Facebook Advertising doesn’t work. That’s not only industry knowledge, that’s according to many analyst reports, such as this one:

“Facebook hasn’t delivered on its promise and in fact has quietly become reliant on the traditional advertising models it once lampooned,” he said in a report released on Monday.

That’s from 2013. Since then, Facebook stock has gone up by more than double:

FB Chart

FB data by YCharts

It seems unstoppable. At the Facebook IPO, it seemed that the stock was doomed. But it’s overcome all the bugs, glitches, problems, and the reality check that Facebook doesn’t do anything, except allow intelligence services to collect data about US Citizens. Well, that is valuable – but it’s not a business.

If Facebook wants to maintain its supremacy, it will need to reinvent itself such as Apple (AAPL) did once upon a time. There’s no comparison to Alphabet Inc (GOOG) which is into so many different businesses it’s even hard to keep track.

It’s not that Facebook advertisers aren’t aware of this – they are. Just Google terms such as “Facebook Fraud” or “Facebook advertising fake clicks” or “Fake Facebook Likes” and you’ll see hundreds upon hundreds of first hand accounts of being scammed, ripped off, defrauded, and even hacked. You’ll find reports from Ad agencies about fake likes, and how it can negatively impact your brand. Also you’ll find in-depth articles that research fake click like trends, such as this one on Business Insider:

The twist here is that these advertisers have not paid for fake likes. They paid Facebook for legit ads. And the fake likes themselves don’t benefit anybody. Rather, they have been created en masse by click farms attempting to make their abusive accounts look real by clicking on legit ads. When a company advertises, asking for likes, the spammers respond and click on them to help their own appearance of legitimacy. For these marketers advertising on Facebook is worse than useless – it renders their pages pointless.Facebook has struggled for years to rid itself of click farms and fake like creators. These are companies, often based in the developing world, who sell unwitting marketers thousands of new likes for tiny sums of money. They generate likes by paying workers $1 for every thousand likes they create.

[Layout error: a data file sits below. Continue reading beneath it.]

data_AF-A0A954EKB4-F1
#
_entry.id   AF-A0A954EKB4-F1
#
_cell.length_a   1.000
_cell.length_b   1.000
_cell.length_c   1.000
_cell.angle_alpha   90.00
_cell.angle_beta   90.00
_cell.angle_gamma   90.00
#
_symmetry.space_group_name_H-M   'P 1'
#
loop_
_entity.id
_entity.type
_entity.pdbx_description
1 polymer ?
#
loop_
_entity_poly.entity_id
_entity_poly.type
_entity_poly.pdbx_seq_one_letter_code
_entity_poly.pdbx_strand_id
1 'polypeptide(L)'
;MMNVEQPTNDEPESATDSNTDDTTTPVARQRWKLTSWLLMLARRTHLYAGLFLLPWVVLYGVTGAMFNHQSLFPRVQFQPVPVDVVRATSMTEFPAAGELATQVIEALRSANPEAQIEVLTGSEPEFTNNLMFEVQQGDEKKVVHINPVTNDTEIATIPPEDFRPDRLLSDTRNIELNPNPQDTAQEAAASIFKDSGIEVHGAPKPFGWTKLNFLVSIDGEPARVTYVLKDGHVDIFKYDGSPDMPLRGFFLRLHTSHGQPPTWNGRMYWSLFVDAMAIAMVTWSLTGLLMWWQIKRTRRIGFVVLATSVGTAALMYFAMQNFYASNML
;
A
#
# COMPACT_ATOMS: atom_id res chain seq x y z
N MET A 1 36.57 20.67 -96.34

The point is that this isn’t priced into their stock. Investors who buy the stock, don’t get it. Advertisers, Facebook users, mostly understand that Facebook is itself a spamming platform. There are even books for sale about how to spam on Facebook . It’s even possible to calculate the black market Facebook spam industry, about $200 Million:

Spammers posting links on Facebook fan pages to send people to third-party scam sites are earning $200m every year, according to calculations by a team of Italian security researchers who have investigated hundreds of thousands of posts on the social network…. “The spam posters get paid an average of $13 per post, for pages that have around 30,000 fans, up to an average of $58 to post on pages with more than 100,000 fans,” De Micheli told the Guardian. “If we consider these two as extremes, the pages we analyzed generate a revenue of 18,000 posts per day, times the revenue per post – ranging from $13 to $58 – 365 days a year.”

Facebook platform manipulation, spamming techniques, and advanced automated (robot) usage of Facebook have even given rise to a new industry, similar to what SEO (Search Engine Optimization) was in 2003 – 2006. Many companies have developed software to manage Facebook, or even made entire products and services just to manage it. Other companies stand against the use of the platform, stating that the negatives outweigh the positives. White hat and black hat agencies alike develop methods to exploit Facebook sometimes using the Facebook ads system and sometimes not.

In accounting, when something is difficult to quantify it’s referred to as ‘goodwill.’ Goodwill, as many readers know, has no value. Yet, there are cases where Goodwill is used. In the case of Facebook , there is real revenue, 17.9 Billion in 2015. It is a huge number. Since 2013, Facebook stock has been on a bull rampage. The point of these observations in this article, is that it is built on a house of cards. There’s no foundation. At some point, an event will happen, which can cause it to collapse. Advertisers will flee, users will flee. Facebook users will be comprised of spammers themselves, moping in their depression with each other, sharing stories about ‘the good times’ when click farms, like farms, and bot services were at their peak. Advertisers, will see diminishing returns on their investment. Facebook they will realize, is no better than the traditional advertising it was meant to replace. With the exception of big corporates such as Coca Cola (KO), McDonalds (MCD), Ford (F), and others, advertisers will find better more innovative ways to use their online ad dollars. Users will tire of ads, and find other ways to use the internet.